LOST IN THE DARK / Daigo Sugiyama

Two shadows speed forward in the dark of the night, leaving a pair of veins engraved into the moist dirt. They swerve and intertwine, struggling to decide on their next destination. They sweat, exhaling puffs of white air with each stroke, languidly pedaling ahead.

“Hey,” Chris pants. “Let’s take a break.”

“Alright.”

The two boys stop and prop their bicycles against a lump of dirt stationed to the side of the path. Each breath they take forms a small white puff of air.

“So, how do you feel?” Chris hears Josh’s voice from behind. The dense black curtain engulfing the two blinds them, hiding them from each other.

“My lungs hurt.”

“You know that that’s not what I asked you.” Josh’s words pierce through the air.

“Sure.”

Chris strolls back to the path, and takes a pack of cigarettes out of his pant pocket. He rummages through his other pockets, failing to find his lighter.

“You have a light?”

“Since when do you smoke?”

“Do you have a light?”

“I don’t smoke.”

Chris sighs, and stuffs the pack back to its original position.

“Is that pack even open?”

“Shut up.”

A speck of light can be seen in the distance, giving off an alluring shimmer. A cricket chirps. A soothing trickle can be heard, gently massaging Chris’s tingling craving away. The night still washes his vision, making it impossible to distinguish the source of the peaceful sound from the tall, dark grass.

“Dude.”

Chris flinches, startled awake from his trance.

“Chris.”

Chris can feel Josh breathing down his neck.

“I’m fine, Josh.” Chris rubs the back of his neck. “I was just thinking.”

Josh’s feet crunch the dry earth next to Chris.

“A penny for your thoughts?”

Chris sighs, shaking his head.

“Your penny would go in vain.”

The cricket has stopped chirping. The gentle trickle of the river emerges from the dim, bitter yonder.

“On second thought,” Chris squints in the gloom, trying to make out the waterline. “What are you gonna do after we graduate?”

Josh groans.  “We’ve had this conversation a million times, Chris. We came on this trip to take your mind off of things, not fill it with extra rubbish.”

“Well, let me hear it again.”

Chris hears a weak sigh from his side.

“I’m going to graduate school to get a masters degree…well, at least a masters. For… well, something, I guess.”

“Why is that?”

“Chris-“

“Why?”

Josh shifts. His clothes make a rumpling sound.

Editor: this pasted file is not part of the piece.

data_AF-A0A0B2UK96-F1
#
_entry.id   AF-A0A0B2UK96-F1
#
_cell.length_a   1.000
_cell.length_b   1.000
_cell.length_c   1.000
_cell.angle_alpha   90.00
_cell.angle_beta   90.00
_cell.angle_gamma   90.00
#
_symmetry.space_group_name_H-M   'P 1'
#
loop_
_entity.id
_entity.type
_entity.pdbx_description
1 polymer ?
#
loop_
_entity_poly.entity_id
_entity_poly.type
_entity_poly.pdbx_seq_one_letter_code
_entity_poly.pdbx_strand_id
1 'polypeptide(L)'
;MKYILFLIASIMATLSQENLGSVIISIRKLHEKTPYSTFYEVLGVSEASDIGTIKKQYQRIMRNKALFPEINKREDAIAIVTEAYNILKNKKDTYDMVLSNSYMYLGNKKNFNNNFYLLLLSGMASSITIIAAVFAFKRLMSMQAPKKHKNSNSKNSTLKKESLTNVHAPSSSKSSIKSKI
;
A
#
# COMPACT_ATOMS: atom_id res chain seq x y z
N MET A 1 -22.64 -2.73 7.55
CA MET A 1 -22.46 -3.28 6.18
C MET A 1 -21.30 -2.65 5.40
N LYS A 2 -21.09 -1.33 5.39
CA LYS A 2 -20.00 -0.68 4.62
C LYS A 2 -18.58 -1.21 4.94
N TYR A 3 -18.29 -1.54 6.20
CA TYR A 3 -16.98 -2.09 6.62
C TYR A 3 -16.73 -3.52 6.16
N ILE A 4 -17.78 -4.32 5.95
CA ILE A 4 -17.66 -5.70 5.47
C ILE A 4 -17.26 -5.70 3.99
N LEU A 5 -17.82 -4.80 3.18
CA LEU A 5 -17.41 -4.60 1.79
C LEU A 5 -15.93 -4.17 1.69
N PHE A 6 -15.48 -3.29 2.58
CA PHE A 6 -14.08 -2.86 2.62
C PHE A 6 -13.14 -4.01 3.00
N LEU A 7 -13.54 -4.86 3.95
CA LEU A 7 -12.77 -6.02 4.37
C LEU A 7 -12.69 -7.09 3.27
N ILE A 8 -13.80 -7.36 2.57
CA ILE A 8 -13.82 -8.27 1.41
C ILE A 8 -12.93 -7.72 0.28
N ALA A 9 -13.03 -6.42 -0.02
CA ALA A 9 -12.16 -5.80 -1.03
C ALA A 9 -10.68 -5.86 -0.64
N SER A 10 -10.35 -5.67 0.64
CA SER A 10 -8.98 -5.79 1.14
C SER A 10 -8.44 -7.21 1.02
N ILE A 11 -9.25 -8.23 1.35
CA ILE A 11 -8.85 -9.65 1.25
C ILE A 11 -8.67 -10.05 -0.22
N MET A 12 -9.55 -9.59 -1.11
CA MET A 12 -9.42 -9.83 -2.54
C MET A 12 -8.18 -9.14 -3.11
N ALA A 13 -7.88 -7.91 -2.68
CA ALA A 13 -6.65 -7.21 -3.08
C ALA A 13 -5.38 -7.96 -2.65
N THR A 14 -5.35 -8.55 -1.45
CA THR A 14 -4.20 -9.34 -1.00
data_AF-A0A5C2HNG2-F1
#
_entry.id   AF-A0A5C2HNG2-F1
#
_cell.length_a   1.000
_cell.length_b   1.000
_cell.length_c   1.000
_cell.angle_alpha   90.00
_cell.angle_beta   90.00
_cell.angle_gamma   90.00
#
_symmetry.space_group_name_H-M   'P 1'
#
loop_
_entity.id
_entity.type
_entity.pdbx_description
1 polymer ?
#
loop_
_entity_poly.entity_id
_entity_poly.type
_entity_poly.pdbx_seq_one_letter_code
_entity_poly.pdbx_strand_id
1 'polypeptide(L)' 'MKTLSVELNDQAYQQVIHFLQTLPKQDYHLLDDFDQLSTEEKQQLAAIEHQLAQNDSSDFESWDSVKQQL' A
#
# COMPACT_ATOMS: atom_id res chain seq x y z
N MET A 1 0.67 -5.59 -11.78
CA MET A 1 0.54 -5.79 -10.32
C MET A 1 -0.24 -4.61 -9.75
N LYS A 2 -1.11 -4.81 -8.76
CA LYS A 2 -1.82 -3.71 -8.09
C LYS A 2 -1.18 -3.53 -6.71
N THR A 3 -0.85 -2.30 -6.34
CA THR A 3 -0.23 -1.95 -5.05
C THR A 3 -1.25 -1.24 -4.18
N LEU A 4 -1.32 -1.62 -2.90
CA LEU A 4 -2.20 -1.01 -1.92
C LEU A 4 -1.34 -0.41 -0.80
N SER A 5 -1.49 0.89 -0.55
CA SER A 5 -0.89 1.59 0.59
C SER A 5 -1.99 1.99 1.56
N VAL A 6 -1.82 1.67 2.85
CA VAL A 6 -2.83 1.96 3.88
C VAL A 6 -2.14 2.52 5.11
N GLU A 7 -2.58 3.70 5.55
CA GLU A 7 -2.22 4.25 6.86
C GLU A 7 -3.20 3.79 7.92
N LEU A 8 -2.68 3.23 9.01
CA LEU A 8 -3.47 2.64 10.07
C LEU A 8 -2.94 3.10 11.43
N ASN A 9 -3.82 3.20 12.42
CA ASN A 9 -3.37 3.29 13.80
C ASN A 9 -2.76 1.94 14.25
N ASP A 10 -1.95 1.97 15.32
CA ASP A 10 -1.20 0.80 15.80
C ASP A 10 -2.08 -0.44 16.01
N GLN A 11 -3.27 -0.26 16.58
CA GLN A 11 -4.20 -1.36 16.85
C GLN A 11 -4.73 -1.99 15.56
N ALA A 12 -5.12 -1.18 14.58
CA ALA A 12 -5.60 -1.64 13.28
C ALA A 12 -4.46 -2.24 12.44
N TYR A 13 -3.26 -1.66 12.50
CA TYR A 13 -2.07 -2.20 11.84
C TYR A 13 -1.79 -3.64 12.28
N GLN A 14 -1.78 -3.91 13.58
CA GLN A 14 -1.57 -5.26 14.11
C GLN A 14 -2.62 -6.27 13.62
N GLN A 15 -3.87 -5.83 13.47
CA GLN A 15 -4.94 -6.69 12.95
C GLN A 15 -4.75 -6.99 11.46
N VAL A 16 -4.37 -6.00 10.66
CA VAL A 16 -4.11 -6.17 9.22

“Because my parents tell me to.”

Chris sits down on the crusty dirt. He caresses his knees, sinking them into his chest. Josh joins him, crushing a pile of dead leaves with his weight.

“How do you feel about that?”

A deafening silence engulfed the two. Chris hears Josh breathe in slowly. An eternity passes before the cold air in Josh’s lungs was exhaled in the form of words.

“There isn’t any room to feel anything. My path is set, and I just have to set my feet upon it and commit to it.”

Chris shrugs, and makes an invisible nod.

“Well, I don’t have a path to follow. I’m completely lost, just going with the flow, with whatever everybody else does. Now that I think about it, I’m not even sure if I’m lost or not. Might as well have a path set before you, huh?”

Josh breathed in sharply, and let out a deflating breath.

“Sure. What time is it?”

Chris grunts. “Is that a rhetorical question?”

“Well… no.”

“I mean, I’ve been thinking this whole time. What would you have done if everything wasn’t laid out for you?”

Chris could see Josh’s figure shifting closer.

“Probably would’ve sung or something.”

“You’re a great singer.”

“Well I sure as hell love to sing.”

The two sit together in the cold, right next to each other.

“And I sure as hell would love to keep singing.”

Chris shuffles with unease and blows into his hands.

“Hey…”

“Shut up.”

Josh is looking into the distance. The sun had already risen from the ground, shining its radiant light. A bridge hangs down river in the distance. Chris did not even notice that the river had become visible. Schools of tiny fish are swimming in the water. It’s getting warm. The fish shimmer, receiving and reflecting the morning light. They serve as reinforcements to the splashes of sparkles on the waves. A train rushes past on the bridge with a faint rumbling sound.

“Josh?”

“Chris.”

Josh stands up, and stretches his arms out.

“So, how do you feel?”

Chris follows, still gazing at the horizon.

“I’m hungry.”

Josh sighs.

“I was asking if you were ready to go.”

Chris walks to his bicycle, and points it towards the path.

“Yeah, let’s go.”

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